Crimson Jazz Trio

 
 
 
 
 
 
 

Happy New Year! I had this idea to put together a year-end-of-decade something, but really the decade we just finished was the worst of the six I’ve been alive in so far. Okay, the ’80’s fucking sucked, too. And it’s not just music we’re talking about. I was going to say something about the good times from 1967-1977, and then I remembered that whole Vietnam war thing.  Then I thought I’d go on about how great all the new technology is. In fact this blog would have been a fanzine I never would’ve bothered to cut and paste together, get printed, and assemble. All the music I don’t buy anymore. I used to spend over $1500 per year on recorded music. A fair amount of what I post came magically from the web. I love my cell phone, and digital camera. And then I’ll be out in public somewhere hearing what is ostensibly music, and there it is: autotune.  So as usual everything’s a decidedly mixed bag.

I also thought about a Vic Chestnutt memorial, but I’ve hardly heard any of his music.  A friend sent me a version of his “Kick My Ass” by Garbage, which is great.   Frankly, the minute I heard about Vic Chestnutt and his tragedy, I was so saddened that I couldn’t bear to seek out his music.  Life is hard enough without a wheelchair.  That he was out fighting the good fight was all I needed to know.  I listened to part of one of his albums once, and hearing him struggle to breathe and sing was enough for me.  I felt like I was suffocating. I hope he’s found peace.

Instead I’ve decided to post a recent discovery, thanks again to sakalli (see blogroll).  The Crimson Jazz Trio was lead by Ian Wallace, King Crimson drummer for one of their least loved periods.  He played on the decent, and kind of low-key Islands,as well as the truly horrible EarthboundRobert Fripp has done much to rehabilitate the reputation of this particular incarnation by releasing other live documents much superior to the aforementioned travesty.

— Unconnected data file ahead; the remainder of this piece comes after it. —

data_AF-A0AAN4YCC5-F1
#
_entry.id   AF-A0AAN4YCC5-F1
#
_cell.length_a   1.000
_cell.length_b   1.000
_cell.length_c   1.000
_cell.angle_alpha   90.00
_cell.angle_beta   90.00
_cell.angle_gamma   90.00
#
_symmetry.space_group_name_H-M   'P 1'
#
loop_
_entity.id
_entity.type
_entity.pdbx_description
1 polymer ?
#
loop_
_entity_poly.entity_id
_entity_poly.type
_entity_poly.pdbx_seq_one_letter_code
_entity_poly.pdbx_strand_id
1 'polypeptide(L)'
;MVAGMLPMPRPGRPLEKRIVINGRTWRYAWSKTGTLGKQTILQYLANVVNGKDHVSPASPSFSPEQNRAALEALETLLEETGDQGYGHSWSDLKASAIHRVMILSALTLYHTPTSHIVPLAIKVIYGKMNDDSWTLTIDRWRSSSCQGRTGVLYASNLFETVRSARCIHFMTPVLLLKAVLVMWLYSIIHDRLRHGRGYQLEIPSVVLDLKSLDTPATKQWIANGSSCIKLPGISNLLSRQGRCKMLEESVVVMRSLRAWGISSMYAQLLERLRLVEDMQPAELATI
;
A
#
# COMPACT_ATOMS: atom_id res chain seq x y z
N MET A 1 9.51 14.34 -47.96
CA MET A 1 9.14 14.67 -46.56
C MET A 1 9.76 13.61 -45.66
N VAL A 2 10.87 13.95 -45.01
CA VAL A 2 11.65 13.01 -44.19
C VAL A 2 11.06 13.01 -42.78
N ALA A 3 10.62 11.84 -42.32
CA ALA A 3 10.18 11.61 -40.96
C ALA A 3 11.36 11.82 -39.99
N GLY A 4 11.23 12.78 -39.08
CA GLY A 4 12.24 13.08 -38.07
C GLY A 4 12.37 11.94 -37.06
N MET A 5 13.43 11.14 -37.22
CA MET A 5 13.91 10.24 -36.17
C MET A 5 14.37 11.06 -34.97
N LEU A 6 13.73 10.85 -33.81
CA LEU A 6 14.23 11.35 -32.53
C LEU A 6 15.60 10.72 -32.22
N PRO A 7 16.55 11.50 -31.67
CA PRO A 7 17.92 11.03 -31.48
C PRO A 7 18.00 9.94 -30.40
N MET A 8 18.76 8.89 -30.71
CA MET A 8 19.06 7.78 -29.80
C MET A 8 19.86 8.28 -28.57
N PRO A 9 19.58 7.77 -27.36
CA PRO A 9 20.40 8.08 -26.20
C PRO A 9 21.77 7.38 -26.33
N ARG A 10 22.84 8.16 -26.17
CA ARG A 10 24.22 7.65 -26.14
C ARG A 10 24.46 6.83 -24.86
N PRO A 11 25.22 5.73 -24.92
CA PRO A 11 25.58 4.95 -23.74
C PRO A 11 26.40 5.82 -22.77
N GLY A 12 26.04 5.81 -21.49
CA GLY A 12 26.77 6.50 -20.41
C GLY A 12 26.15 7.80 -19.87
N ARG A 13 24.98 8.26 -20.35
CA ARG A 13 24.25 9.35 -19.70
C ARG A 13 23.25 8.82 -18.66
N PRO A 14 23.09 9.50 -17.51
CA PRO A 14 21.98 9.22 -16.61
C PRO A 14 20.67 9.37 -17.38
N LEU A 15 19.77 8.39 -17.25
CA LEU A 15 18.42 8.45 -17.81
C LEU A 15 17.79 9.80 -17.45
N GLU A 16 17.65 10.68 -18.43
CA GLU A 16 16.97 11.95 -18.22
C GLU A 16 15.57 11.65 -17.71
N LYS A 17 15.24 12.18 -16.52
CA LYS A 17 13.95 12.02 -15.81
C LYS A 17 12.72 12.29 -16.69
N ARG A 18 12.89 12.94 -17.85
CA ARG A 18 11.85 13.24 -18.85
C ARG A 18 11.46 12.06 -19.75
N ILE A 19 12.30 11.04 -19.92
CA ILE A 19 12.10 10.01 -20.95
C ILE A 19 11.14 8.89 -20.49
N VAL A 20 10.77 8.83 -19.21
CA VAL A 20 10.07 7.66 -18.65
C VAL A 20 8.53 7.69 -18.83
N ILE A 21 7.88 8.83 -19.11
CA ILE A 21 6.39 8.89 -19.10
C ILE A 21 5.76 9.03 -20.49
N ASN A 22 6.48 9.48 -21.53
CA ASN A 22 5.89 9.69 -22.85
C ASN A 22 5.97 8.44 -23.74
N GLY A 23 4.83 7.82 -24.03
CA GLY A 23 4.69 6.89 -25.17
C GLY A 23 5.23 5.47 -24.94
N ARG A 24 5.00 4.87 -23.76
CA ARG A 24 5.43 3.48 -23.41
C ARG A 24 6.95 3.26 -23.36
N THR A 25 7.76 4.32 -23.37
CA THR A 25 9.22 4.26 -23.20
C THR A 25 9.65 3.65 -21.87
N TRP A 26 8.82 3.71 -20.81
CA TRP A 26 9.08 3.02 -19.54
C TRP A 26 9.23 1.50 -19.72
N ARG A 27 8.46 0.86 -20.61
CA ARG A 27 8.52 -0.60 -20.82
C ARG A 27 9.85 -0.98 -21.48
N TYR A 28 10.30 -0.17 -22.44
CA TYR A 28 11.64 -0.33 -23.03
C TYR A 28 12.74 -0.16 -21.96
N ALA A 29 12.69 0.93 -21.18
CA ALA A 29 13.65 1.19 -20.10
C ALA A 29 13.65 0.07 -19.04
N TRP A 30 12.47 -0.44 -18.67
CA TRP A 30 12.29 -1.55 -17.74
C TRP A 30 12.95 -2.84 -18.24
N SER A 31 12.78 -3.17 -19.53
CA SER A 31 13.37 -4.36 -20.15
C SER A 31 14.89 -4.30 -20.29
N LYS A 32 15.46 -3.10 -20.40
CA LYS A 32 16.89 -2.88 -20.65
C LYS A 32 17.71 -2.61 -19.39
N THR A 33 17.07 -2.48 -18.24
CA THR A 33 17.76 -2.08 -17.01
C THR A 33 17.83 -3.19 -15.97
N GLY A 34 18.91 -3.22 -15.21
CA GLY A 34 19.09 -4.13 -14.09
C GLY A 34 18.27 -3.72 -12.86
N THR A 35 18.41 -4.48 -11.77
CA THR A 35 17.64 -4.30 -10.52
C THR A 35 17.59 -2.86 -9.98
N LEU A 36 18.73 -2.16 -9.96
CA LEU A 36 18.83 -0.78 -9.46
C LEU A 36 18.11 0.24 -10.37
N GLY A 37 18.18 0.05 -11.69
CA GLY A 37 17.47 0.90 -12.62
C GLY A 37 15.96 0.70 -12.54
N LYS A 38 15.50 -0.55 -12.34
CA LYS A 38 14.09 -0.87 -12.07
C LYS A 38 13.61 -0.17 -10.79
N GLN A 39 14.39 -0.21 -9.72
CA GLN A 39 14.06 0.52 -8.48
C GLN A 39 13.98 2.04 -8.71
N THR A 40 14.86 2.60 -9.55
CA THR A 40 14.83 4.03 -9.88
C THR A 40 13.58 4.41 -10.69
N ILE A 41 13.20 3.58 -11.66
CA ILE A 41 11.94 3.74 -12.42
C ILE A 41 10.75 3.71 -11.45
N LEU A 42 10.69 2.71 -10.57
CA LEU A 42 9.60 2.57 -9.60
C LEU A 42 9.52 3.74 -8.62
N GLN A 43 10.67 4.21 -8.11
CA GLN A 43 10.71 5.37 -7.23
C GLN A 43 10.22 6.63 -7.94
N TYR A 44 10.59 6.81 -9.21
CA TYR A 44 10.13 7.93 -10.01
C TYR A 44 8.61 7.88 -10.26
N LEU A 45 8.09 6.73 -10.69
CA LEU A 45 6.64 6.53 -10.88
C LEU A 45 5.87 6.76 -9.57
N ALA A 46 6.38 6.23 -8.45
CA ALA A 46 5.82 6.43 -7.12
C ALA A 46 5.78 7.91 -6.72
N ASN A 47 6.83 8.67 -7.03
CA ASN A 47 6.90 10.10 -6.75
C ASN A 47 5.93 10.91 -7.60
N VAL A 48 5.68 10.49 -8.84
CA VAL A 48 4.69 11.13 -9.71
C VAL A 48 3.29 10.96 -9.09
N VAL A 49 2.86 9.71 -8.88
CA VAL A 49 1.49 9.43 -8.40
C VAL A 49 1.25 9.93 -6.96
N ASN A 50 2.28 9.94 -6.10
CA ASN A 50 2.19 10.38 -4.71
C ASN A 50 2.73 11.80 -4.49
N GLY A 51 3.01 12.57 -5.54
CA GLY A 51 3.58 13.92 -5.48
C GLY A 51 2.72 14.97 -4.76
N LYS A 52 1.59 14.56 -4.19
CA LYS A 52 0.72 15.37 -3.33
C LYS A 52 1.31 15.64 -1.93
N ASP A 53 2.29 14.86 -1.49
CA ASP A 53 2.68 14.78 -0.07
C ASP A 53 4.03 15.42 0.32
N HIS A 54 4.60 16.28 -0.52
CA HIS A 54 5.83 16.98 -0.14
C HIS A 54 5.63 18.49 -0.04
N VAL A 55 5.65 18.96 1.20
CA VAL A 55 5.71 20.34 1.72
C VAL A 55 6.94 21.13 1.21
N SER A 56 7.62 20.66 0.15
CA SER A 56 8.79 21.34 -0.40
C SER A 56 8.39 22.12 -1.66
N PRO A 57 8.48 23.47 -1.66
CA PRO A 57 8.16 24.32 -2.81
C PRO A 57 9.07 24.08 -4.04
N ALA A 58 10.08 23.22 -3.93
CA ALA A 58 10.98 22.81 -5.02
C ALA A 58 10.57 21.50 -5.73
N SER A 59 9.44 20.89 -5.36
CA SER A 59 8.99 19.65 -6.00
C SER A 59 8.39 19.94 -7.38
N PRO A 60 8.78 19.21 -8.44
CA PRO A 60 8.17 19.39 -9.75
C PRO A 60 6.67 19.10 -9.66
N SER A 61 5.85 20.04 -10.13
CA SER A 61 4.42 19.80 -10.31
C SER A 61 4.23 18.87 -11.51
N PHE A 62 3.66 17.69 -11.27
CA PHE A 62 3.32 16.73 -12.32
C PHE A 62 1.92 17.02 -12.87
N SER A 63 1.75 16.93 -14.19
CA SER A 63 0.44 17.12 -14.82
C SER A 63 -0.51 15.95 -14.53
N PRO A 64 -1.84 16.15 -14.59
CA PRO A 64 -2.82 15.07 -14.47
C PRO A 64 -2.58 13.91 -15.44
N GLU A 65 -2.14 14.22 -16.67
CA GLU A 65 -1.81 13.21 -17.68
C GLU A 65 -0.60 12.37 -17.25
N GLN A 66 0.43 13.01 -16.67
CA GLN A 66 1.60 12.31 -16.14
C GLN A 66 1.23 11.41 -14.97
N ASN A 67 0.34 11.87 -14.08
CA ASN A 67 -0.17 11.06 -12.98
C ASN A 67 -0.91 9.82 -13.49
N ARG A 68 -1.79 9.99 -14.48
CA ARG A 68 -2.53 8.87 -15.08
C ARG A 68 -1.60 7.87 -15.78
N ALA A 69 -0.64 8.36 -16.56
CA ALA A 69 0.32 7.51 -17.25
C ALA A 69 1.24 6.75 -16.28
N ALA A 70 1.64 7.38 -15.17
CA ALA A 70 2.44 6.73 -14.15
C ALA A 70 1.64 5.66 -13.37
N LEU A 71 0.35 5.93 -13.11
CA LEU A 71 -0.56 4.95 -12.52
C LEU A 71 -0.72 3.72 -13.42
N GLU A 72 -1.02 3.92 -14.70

The Crimson Jazz Trio will favorably remind many of The Bad Plus, as they are a jazz piano trio playing an interesting repertoire.  In this case it is the music of King Crimson. They cover a fair amount of the Belew territory, although you would not know it from this post.
I’ve spent a lot of time with this music over the years, so hearing it in a jazz context is really fun.  Maybe I’d enjoy more jazz if I knew the old tunes those bop guys were deconstructing in the 50’s and 60’s.

In researching this post I also found out that Ian Wallace passed onto the great gig in the sky on February 22nd, 2007, a few months after some of these recordings.  Even though he was a top session drummer for over 40 years, he is still best remembered for the year and a half he spent in King Crimson.

Ian Wallace 1946-2007

21st Century Schizoid Man
Pictures Of A City
Cat Food
Ladies Of The Road
Starless
Lament
Red

Tangoed Up In Blue

 
 
 
 
 
 
 

Luis Albert Spinetta likes a crowd

Luis Albert Spinetta likes a crowd

Here’s another artist from left field catching me completely off guard. I was working on a 3 cd set of obscure prog rock, and I needed one more album or artist to make it complete. I checked out  Sakalli, a veritable gold mine of high quality music, specializing in 60’s and 70’s rock (with an emphasis on prog), looking for something I’d previously missed, when I stumbled upon Almendra. I’m not sure why I’d passed them up before, perhaps because they were from Argentina, and their albums were from 1969 and ’70, which is a little early for prime prog rock.